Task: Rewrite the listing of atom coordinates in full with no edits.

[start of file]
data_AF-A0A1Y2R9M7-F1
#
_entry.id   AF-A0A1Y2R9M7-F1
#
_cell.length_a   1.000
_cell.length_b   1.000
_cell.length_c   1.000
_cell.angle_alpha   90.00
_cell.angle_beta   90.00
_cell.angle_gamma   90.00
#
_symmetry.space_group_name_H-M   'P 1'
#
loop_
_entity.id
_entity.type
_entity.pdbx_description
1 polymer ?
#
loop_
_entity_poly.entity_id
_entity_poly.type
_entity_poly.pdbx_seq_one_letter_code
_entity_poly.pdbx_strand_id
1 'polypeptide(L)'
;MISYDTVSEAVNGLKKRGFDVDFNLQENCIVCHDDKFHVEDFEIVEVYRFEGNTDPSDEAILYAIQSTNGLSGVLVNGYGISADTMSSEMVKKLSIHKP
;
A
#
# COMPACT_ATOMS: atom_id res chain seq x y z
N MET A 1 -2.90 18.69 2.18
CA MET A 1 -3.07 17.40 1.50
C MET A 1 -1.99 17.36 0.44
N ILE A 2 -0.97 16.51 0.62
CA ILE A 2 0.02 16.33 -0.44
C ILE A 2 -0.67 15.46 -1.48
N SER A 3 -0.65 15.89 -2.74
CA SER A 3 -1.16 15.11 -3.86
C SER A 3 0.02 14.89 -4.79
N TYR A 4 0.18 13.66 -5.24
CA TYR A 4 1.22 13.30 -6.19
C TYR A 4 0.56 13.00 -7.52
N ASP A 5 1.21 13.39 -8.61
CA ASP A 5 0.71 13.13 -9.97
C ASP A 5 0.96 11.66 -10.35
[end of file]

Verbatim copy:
data_AF-A0A1Y2R9M7-F1
#
_entry.id   AF-A0A1Y2R9M7-F1
#
_cell.length_a   1.000
_cell.length_b   1.000
_cell.length_c   1.000
_cell.angle_alpha   90.00
_cell.angle_beta   90.00
_cell.angle_gamma   90.00
#
_symmetry.space_group_name_H-M   'P 1'
#
loop_
_entity.id
_entity.type
_entity.pdbx_description
1 polymer ?
#
loop_
_entity_poly.entity_id
_entity_poly.type
_entity_poly.pdbx_seq_one_letter_code
_entity_poly.pdbx_strand_id
1 'polypeptide(L)'
;MISYDTVSEAVNGLKKRGFDVDFNLQENCIVCHDDKFHVEDFEIVEVYRFEGNTDPSDEAILYAIQSTNGLSGVLVNGYGISADTMSSEMVKKLSIHKP
;
A
#
# COMPACT_ATOMS: atom_id res chain seq x y z
N MET A 1 -2.90 18.69 2.18
CA MET A 1 -3.07 17.40 1.50
C MET A 1 -1.99 17.36 0.44
N ILE A 2 -0.97 16.51 0.62
CA ILE A 2 0.02 16.33 -0.44
C ILE A 2 -0.67 15.46 -1.48
N SER A 3 -0.65 15.89 -2.74
CA SER A 3 -1.16 15.11 -3.86
C SER A 3 0.02 14.89 -4.79
N TYR A 4 0.18 13.66 -5.24
CA TYR A 4 1.22 13.30 -6.19
C TYR A 4 0.56 13.00 -7.52
N ASP A 5 1.21 13.39 -8.61
CA ASP A 5 0.71 13.13 -9.97
C ASP A 5 0.96 11.66 -10.35